It’s a tough choice: riding or biking? Do treadmills burn more calories than exercise bikes? Do exercise bikes provide greater safety?
Either way, whether you’re looking to add cardio equipment to your home gym or deciding which machine at the gym to use, both the treadmill and the exercise bike can offer a great workout. But the positives and negatives associated with each machine depend on you and what exactly you want to get out of your workout.
There are some important differences between the two types of gym equipment, and there are several factors you should consider when looking for the right one. These factors include:
— Calorie burn.
— Your level of experience.
— Your mobility.
— Risk of injury.
— Your goals.
— Exercise classes.
— Space in the home.
For many people, a top consideration for selecting a piece of fitness equipment is how many calories you can burn while using it.
Both treadmills and exercise bikes are effective for calorie loss and muscle conditioning, says Jessica Brown, a New York City-area certified fitness trainer and founder of The Glute Recruit, a personal training service. However, because a traditional treadmill means standing up and bearing your own body weight, the actual calorie burn may be a little higher.
For example, if you’re running about 5 or 6 miles per hour on a treadmill, Brown says that you can expect to burn about four to six calories per minute. If you’re cycling on a stationary bike, depending on your resistance and speed, you can burn about three to six calories per minute.
Over an hour, those calories can really add up, explains Matt Camargo, regional director of sports performance at ProSport Physical Therapy and Performance in Southern California. You can burn around 600 to 800 calories in an hour on a treadmill versus about 400 to 500 calories in an hour on a bike, he notes.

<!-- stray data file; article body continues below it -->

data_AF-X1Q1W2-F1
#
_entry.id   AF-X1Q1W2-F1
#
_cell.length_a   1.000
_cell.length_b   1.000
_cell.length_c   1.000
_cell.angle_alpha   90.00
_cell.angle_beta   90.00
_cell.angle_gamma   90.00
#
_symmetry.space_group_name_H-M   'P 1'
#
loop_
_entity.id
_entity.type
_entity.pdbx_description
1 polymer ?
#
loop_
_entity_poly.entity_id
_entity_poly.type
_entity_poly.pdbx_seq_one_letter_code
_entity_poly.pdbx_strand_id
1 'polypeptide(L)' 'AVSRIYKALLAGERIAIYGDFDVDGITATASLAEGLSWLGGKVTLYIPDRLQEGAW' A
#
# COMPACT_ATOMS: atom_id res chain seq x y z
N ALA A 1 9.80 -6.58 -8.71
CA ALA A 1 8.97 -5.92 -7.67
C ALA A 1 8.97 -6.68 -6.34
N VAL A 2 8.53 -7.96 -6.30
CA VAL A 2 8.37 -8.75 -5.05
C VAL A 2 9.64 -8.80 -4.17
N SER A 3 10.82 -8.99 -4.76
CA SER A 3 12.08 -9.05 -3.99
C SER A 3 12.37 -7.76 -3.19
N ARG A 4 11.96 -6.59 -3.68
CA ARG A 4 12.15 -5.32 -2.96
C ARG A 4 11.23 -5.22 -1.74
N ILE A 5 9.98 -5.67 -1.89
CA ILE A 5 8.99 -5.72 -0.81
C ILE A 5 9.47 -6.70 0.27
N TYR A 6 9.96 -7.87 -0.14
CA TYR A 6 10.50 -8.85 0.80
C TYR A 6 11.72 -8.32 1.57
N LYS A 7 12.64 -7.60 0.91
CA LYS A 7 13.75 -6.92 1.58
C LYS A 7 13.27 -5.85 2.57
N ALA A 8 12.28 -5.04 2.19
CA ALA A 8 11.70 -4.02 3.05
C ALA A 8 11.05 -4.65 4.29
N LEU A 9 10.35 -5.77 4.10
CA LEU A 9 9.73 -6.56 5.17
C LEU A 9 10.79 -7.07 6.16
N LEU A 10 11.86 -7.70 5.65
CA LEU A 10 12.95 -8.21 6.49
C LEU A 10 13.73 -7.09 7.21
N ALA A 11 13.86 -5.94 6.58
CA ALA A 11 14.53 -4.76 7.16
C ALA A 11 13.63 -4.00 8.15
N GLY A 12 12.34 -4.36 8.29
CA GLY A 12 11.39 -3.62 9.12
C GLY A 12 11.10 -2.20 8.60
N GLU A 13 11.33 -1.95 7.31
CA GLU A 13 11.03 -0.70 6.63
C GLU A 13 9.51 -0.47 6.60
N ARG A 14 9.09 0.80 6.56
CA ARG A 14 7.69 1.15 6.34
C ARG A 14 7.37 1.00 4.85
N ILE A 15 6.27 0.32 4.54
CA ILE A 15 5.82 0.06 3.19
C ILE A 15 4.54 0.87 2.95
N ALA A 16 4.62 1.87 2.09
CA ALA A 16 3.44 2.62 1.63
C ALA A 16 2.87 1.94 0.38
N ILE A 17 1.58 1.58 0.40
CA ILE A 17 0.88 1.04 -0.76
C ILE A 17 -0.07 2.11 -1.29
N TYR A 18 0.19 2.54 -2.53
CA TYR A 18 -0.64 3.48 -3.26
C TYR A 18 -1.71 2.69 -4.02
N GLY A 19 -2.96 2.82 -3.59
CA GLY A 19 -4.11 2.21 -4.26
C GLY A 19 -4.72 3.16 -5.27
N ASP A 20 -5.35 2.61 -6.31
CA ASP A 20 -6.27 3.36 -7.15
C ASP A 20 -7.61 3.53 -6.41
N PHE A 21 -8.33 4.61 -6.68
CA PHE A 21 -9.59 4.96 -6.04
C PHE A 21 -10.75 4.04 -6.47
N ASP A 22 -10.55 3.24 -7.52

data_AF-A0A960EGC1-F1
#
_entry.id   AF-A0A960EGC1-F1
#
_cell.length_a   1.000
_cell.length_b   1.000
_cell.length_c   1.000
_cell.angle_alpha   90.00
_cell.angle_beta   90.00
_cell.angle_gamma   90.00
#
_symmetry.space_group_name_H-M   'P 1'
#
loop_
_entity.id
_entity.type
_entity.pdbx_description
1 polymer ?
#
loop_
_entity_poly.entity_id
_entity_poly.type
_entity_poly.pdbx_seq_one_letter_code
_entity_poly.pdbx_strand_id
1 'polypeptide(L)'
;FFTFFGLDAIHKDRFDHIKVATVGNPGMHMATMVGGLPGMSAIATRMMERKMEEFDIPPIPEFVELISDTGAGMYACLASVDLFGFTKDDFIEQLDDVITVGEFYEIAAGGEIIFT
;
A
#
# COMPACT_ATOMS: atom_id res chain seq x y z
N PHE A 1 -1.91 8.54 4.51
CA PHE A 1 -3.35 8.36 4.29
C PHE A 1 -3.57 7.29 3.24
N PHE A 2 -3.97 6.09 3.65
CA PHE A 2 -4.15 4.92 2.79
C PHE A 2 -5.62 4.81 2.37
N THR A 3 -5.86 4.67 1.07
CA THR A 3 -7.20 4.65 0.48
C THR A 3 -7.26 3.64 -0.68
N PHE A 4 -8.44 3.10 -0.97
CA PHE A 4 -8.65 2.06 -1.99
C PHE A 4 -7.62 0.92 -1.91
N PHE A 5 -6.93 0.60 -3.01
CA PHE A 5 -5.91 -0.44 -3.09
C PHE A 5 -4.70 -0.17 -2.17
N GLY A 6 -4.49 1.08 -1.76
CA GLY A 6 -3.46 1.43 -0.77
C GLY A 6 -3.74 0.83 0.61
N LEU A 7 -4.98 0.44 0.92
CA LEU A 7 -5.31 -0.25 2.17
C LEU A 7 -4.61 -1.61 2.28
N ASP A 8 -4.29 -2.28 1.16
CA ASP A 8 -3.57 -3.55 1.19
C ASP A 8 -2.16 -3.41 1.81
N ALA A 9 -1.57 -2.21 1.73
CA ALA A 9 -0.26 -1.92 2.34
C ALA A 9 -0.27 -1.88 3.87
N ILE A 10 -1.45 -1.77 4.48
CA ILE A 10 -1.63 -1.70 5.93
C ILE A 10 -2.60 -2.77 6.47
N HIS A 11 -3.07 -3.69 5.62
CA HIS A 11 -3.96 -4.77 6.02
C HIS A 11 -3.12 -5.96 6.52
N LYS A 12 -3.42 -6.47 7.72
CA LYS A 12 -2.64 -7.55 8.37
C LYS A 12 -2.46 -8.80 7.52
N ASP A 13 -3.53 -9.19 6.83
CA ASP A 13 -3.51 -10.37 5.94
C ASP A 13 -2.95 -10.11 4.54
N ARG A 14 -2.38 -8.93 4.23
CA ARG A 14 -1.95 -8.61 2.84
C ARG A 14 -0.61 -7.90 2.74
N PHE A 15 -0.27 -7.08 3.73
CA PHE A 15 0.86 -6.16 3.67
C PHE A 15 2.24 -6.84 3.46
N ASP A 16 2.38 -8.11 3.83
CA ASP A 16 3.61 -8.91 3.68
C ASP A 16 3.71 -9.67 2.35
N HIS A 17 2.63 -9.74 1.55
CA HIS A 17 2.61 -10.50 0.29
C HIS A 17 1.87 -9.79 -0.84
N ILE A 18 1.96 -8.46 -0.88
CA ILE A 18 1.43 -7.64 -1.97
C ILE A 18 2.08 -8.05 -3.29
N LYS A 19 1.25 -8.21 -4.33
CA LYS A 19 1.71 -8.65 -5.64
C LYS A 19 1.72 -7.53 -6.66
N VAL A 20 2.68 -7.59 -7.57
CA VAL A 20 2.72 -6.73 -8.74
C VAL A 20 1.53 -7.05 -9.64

“But that’s with the big caveat that calorie burn rates vary greatly depending on your age, genetics, weight, gender and other factors,” he adds.
Still, it’s worth noting that your effort makes a big difference.
“You can burn more calories with an exercise bike at high intensity for only 15 minutes if you compare that to walking on a treadmill for an hour,” says Dr. Hooman M. Melamed, a board-certified orthopedic spine surgeon and founder of The Spine Pro, an orthopedic spinal care practice based in Beverly Hills, California.
[Read: Treadmill vs. Elliptical: Which Is Better?]
Your level of experience
If you’re new to working out, here’s some good news: The treadmill and the exercise bike are very beginner-friendly, both in terms of ease of machine use and the workout they provide.
The Centers for Disease Control and Prevention recommends that people get 150 minutes of cardiovascular exercise per week to avoid chronic illness. Breaking that down to a daily, 30-minute brisk walk on the treadmill or light bike ride is a very practical way to start exercising.